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The Birth of LOVERBOY

"LOVERBOY has quickly cemented its position as the brand where anything goes."

eharles Jeffrey is a fashion icon in the making. Creator of the fashion brand LOVERBOY, his style is unmistakable. Adopting the philosophy “do rather than overthink”, he has quite suddenly turned the fashion world on its head. By breaking the boundaries of the fashion industry, perceived as earmarked for those in the know, Jeffrey has found creative success through collaboration with peers, and the frenzied crowds dancing at his underground club nights.

His most recent collection for S/S 2018 is quintessentially LOVERBOY. Part Eighties and part Nineties, the collection is like an abstract art piece; a Picasso and a Basquiat thrust together and brought to life, parading down the catwalk.

SS18/SW17 catwalk. Photography: Chris Yates

Huge pink figures crossed between costume and sculpture border the runway, flitting between the models. “Growing up, I always drew,” he explains. “Mostly it was cartoons and weird surreal animals – a lot of the things that I still love to draw now. I wanted to be a video game designer, and a lot of those ideals still live on in my work.”

Scottish born, Jeffrey moved from Glasgow to London after landing a spot at Central St. Martins. “Like so many people, it was university that brought me to London, and I was fascinated by the people I saw wandering the university halls – it filled you with such wonder.”

SS18/SW17 catwalk. Photography: Chris Yates

It was during his time at university that his brand LOVERBOY was created, but Jeffrey steered clear of the traditional path to making a fashion brand. Instead, an offer to host a club night at Vogue Fabrics in Dalston was the turning point in his career.

He explains that after that first night, it became a permanent event. “We had such an amazing reaction and I loved doing it so much that there were two years of LOVERBOY nights over the course of my MA.”

LOVERBOY club night at NOW Gallery. Photograph: Nina Manandhar

It didn’t go unnoticed. It turned heads in the fashion industry, leading to an internship in the haute couture ateliers at Christian Dior. Since the unorthodox beginnings of LOVERBOY, he hasn’t stopped. With a collaboration with John Galliano under his belt, LOVERBOY has quickly cemented its position as the brand where anything goes.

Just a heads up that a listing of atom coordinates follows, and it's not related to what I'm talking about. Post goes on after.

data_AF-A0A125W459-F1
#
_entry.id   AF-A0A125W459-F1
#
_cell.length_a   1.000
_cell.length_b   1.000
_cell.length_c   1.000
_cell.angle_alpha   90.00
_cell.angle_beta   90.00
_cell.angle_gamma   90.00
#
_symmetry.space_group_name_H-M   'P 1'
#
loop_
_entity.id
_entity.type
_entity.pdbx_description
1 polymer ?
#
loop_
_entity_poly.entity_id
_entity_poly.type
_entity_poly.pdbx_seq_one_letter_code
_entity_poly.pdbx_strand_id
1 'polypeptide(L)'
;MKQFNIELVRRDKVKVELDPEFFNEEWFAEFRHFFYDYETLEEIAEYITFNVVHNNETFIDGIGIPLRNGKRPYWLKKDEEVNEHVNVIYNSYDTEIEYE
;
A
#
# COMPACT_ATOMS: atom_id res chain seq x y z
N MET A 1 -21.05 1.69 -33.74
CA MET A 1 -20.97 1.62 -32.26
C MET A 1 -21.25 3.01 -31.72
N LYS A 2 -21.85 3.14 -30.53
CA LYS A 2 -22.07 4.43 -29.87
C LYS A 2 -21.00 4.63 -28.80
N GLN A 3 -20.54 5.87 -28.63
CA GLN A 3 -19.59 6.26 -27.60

Jeffrey describes the club nights that started it all as a creative outlet. “Everyone would chip in and create work around the nights, be it set building, image capture, performance, and that’s how the collaborative way we work on the label was born. The nights became primary research for my design work. We’d be inspired by the way people dressed at the club, and that would just fuel everything else.”

Photograph: Nina Manandhar

It was through these nights of hedonism that Jeffrey and his cohort found people were really able to indulge in their self-expression, free from restraint. LOVERBOY nights became a safe haven, a place that celebrated excess and individuality in all its forms, and this became the backbone to the brand, feeding club nights into design work and even the catwalk (and vice versa).

“The way our work feels is as important as its aesthetic. I want people to be able to feel like themselves, feel happy, safe, and brave. The fact the label was born from the club night, a place where self-expression and the idea of ‘dressing up’ are most important, has meant that those things are inescapable when I’m designing.”

Photograph: Nina Manandhar

It’s a progressive way to work, one that places greater meaning on expression rather than outcome. His next project will offer even more from his fantastical drawings. Taking place at the NOW Gallery, Jeffrey describes his first solo art exhibition The Come Up as “a milestone moment.”

The show will focus on his sketches that have been brought to life in the form of three-dimensional sculptures, protruding down from the gallery’s seven-metre ceiling. It’ll be a “physical manifestation of a stream of consciousness,” he says. Shelves of mixed media will line the walls, ready for visitors to engage; a process similar to the LOVERBOY club nights.

THE COME UP exhibition at NOW Gallery. Photograph: Casey Moore

“3D work is something I’ve done in terms of set design – for our shows and parties – but it’s my first time creating and taking a hands-on approach to my own sculptures. The essence of the work is deeply rooted in a lot of the themes we explore in the LOVERBOY label: identity, self-expression, and imagination.

I see it as a blowing-up of one of my illustrations in a really joyful way. The main intention for me was to create a space that made people feel an impact. On a personal level, it’s also a really important journey for me as an artist. I’m always learning and I find freedom in that.”

Photograph: Casey Moore

And at only twenty-seven years old, his career has certainly been a swift climb, landing him the title of ‘ringleader’ to London’s next generation of club kids. But he remains unassuming, admitting, “it’s flattering to know we’ve had an impact in some way, but we’re a part of something much greater. London’s an amazing place to be right now, full of heart and brilliant people doing great work.” Which takes us back to the essence of LOVERBOY – a brand that seeks to find inspiration from the dreamland of club nights and creative collaborations.

The Come Up will kick off with Jeffrey putting his own spin on one of the sculptures, followed by a performance. But he’s not letting slip exactly what, only warning us that it will be “something typically chaotic” with a definite “moment of madness”.

The Come Up is on at the NOW Gallery from 30 November 2017 to 11 February 2018.